According to photographic evidence, I have eaten exactly four proper meals since Thanksgiving. My kitchen time has been dominated by party food and Christmas baking and the rest of my time has been dominated by Christmas shopping, gift wrapping, party going, novel reading, movie watching. All that has left me eating party mix for dinner most nights, which is nothing to complain about.
In returning to The Food Processor, I think we should start at the beginning, or somewhere close to there. After Thanksgiving, Glenn and I cohosted a party with our neighbor. Some of you were there. Some of you have been begging for recipes.
You can see what a wonderful spread we had, but you can’t see what wonderful meatballs Glenn made. I couldn’t find the camera when I took them out of the oven, which is really too bad because the presentation was almost as incredible as the meatballs themselves. We served the meatballs on my new white platter with the dips in my mini casseroles. Of course, they were gone by the time I located the camera.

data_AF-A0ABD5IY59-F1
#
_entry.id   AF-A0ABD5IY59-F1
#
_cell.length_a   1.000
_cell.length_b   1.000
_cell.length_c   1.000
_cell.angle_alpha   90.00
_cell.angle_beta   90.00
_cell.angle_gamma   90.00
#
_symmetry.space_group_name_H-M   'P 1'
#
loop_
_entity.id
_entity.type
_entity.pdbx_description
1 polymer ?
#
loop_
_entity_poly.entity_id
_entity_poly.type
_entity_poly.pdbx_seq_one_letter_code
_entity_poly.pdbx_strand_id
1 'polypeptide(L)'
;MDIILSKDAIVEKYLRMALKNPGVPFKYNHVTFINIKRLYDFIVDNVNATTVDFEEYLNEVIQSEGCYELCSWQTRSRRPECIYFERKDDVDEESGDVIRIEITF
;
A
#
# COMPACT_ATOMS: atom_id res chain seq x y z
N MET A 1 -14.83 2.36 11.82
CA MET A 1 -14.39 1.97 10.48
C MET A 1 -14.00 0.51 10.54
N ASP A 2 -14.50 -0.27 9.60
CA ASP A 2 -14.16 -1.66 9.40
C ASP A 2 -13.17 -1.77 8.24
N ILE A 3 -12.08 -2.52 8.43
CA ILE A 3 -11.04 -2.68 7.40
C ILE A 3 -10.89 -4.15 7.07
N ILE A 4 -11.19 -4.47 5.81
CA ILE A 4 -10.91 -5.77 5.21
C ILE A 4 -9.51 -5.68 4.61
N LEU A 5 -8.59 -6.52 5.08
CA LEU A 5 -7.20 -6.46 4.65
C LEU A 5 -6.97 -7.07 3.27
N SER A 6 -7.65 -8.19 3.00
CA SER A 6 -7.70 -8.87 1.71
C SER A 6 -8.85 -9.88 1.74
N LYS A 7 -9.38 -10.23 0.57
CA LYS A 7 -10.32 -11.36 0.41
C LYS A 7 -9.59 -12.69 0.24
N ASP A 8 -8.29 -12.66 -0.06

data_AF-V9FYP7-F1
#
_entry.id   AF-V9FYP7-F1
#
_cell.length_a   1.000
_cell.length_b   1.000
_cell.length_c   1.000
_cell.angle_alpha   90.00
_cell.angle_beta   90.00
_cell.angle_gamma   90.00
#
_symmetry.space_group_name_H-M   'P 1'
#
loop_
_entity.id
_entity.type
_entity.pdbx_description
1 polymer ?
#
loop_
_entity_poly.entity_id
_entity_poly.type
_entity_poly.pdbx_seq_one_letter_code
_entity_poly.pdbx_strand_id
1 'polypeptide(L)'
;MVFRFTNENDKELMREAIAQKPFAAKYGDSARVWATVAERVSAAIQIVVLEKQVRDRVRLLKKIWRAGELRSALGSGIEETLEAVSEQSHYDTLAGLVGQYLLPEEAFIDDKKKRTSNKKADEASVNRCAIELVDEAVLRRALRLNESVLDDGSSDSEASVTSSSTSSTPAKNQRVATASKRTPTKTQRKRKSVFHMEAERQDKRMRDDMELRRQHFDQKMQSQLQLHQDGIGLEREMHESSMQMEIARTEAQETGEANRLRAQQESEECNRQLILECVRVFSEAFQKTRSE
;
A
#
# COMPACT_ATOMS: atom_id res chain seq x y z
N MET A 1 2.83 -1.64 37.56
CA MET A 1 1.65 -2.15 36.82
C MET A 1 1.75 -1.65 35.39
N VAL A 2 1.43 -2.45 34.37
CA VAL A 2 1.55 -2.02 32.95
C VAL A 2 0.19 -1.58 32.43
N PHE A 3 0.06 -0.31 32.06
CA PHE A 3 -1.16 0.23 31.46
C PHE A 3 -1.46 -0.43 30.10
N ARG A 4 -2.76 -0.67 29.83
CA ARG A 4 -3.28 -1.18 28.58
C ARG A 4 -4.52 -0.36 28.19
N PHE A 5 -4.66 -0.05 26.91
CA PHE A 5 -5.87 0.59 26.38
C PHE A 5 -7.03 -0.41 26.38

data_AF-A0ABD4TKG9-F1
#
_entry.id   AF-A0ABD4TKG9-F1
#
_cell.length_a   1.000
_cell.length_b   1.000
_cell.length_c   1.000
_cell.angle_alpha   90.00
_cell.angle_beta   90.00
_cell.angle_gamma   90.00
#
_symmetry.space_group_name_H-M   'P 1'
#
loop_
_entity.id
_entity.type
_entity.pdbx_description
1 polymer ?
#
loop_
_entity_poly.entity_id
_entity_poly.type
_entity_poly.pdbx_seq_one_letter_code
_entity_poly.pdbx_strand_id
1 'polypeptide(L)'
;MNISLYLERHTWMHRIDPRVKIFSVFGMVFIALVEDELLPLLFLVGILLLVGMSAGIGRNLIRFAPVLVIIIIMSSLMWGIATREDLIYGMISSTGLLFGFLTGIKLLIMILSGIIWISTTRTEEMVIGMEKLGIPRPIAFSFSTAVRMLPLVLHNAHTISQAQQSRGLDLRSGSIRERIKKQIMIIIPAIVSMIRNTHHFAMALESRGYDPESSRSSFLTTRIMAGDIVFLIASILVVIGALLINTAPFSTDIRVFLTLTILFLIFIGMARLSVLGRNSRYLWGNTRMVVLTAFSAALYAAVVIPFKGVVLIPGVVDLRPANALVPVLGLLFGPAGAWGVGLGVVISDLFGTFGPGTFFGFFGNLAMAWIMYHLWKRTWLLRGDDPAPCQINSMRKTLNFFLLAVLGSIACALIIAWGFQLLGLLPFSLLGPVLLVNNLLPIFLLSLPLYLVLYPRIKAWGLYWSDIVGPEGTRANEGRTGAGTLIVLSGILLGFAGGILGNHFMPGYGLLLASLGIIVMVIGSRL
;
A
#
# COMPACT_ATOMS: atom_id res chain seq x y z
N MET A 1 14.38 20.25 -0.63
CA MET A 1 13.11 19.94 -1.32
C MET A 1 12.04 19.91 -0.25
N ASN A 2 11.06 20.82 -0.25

The meatballs were rustic and delicate, well spiced and tender. I think the meatballs were so tender for two reasons. One: we used half-a-pound less pork than the recipe called for without reducing any other ingredients. Two: you puree the bread, milk, and onion so that it’s much easier to incorporate with the meat. Good to know for other meatball recipes.
The yogurt dip was cool and smooth, but very earthy. The mint dip was light and tart, but a little oily. If I make these again, I’ll puree the mint dip so that it will stick to the meatballs a little better.
We made the dips and fried the meatballs several hours before the party and then warmed the meatballs in the oven for about 10 minutes at 350 before we served them. These meatballs had a much bigger wow factor than the typical crock pot variety and weren’t much more difficult to make.